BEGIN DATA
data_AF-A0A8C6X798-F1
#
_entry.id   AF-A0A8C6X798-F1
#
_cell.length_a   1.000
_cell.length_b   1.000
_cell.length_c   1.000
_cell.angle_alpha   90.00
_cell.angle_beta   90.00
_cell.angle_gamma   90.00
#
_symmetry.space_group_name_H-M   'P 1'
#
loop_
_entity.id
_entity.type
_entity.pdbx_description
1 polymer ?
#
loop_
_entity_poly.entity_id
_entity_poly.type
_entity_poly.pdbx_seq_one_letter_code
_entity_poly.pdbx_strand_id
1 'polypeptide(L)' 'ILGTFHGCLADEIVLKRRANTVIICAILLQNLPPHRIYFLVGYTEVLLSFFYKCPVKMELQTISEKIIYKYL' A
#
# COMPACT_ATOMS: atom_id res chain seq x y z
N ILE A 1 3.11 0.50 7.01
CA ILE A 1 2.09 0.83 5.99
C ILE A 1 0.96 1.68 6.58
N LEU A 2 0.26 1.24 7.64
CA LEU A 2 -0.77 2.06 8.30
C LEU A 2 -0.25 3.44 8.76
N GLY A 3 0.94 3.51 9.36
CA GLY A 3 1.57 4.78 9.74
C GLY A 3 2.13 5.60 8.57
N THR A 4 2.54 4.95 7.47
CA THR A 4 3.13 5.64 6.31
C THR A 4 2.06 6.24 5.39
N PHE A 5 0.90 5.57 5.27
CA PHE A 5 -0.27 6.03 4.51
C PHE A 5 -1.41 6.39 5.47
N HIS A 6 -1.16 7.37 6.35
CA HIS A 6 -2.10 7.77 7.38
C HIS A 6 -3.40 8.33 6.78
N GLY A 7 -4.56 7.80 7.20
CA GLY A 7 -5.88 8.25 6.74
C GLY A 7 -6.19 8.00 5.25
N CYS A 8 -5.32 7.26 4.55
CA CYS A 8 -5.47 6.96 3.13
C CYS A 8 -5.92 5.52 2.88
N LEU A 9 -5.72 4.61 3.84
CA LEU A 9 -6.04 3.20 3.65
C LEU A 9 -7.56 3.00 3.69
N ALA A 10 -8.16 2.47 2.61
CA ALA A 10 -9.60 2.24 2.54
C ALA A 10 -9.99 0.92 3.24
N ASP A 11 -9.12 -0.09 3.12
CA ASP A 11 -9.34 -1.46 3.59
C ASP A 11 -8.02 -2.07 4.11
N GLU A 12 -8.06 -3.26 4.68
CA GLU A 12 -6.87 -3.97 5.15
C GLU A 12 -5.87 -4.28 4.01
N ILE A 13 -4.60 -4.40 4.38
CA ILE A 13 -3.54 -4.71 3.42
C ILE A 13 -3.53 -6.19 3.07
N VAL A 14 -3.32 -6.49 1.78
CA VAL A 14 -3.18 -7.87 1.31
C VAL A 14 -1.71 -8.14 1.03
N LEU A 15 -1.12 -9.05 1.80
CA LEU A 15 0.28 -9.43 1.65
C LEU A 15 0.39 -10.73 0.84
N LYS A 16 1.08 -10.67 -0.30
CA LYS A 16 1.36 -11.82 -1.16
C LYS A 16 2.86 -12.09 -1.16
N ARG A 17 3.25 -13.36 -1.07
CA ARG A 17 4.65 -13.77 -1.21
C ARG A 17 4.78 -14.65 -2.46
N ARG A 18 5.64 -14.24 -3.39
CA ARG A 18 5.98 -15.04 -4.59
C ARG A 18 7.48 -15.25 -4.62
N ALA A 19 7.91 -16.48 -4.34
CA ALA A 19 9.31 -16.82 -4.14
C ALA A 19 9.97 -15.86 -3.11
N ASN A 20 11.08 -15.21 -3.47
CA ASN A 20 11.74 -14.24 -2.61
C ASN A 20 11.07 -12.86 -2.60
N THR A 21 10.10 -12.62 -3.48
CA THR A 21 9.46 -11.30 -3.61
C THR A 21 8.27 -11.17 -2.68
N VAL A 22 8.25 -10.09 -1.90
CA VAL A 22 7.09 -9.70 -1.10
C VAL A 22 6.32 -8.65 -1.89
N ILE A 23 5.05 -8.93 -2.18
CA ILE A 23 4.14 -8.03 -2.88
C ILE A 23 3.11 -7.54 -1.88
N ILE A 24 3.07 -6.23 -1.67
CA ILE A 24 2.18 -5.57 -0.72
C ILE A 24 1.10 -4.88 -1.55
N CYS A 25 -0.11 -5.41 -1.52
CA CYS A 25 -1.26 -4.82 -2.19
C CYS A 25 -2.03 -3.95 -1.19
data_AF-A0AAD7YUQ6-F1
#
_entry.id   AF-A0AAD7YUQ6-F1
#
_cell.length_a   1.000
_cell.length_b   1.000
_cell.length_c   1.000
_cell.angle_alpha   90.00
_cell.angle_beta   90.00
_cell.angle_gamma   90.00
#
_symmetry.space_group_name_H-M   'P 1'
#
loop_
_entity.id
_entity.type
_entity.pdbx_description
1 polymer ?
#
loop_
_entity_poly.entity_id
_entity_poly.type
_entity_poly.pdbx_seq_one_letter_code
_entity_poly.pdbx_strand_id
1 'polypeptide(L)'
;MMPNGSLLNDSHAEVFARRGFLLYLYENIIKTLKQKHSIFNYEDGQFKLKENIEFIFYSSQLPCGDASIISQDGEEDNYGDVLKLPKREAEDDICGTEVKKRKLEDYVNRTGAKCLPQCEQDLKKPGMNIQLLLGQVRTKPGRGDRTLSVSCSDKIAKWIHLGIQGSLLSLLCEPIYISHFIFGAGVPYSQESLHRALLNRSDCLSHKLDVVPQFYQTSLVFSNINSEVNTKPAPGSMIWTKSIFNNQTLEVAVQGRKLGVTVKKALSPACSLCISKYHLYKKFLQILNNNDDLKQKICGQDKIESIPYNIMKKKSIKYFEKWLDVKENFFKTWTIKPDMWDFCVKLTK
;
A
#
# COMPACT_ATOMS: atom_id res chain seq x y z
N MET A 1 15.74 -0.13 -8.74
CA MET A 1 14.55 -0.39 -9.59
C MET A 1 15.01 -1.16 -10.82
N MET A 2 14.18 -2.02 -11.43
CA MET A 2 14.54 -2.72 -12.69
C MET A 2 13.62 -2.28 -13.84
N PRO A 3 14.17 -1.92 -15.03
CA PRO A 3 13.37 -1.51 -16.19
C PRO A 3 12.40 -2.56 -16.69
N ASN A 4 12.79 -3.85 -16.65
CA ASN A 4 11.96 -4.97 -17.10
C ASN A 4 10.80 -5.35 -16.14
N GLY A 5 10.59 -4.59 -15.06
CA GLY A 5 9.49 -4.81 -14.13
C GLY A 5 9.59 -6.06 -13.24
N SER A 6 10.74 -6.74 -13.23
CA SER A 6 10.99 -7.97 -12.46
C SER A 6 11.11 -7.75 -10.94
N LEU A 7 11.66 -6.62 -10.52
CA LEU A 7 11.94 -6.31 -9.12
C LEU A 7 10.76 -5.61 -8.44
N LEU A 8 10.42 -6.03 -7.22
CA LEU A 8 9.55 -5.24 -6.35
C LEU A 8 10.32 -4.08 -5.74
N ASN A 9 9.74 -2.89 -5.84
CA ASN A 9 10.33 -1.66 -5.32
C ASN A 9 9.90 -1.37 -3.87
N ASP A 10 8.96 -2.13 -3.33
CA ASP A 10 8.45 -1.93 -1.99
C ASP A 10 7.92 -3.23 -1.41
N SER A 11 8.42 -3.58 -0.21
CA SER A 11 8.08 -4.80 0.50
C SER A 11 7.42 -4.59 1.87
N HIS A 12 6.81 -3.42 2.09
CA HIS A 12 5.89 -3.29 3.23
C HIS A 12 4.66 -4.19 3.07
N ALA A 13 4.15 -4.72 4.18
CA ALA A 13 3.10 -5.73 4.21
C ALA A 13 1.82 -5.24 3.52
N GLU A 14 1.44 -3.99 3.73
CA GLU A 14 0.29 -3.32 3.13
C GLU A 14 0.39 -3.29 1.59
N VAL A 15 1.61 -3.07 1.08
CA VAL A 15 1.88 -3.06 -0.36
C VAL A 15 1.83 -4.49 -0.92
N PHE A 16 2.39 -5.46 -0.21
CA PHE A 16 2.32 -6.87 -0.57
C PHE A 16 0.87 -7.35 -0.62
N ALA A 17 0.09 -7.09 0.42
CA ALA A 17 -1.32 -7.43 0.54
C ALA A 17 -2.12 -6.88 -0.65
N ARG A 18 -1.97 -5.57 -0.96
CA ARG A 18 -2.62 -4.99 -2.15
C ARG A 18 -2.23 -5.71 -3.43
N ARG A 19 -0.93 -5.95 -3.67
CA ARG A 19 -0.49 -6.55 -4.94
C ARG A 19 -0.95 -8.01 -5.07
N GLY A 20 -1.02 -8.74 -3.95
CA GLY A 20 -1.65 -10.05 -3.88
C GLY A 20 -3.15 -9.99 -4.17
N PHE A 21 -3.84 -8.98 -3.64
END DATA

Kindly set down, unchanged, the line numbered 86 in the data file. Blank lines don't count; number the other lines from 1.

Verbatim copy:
CA ASN A 20 11.74 -14.24 -2.61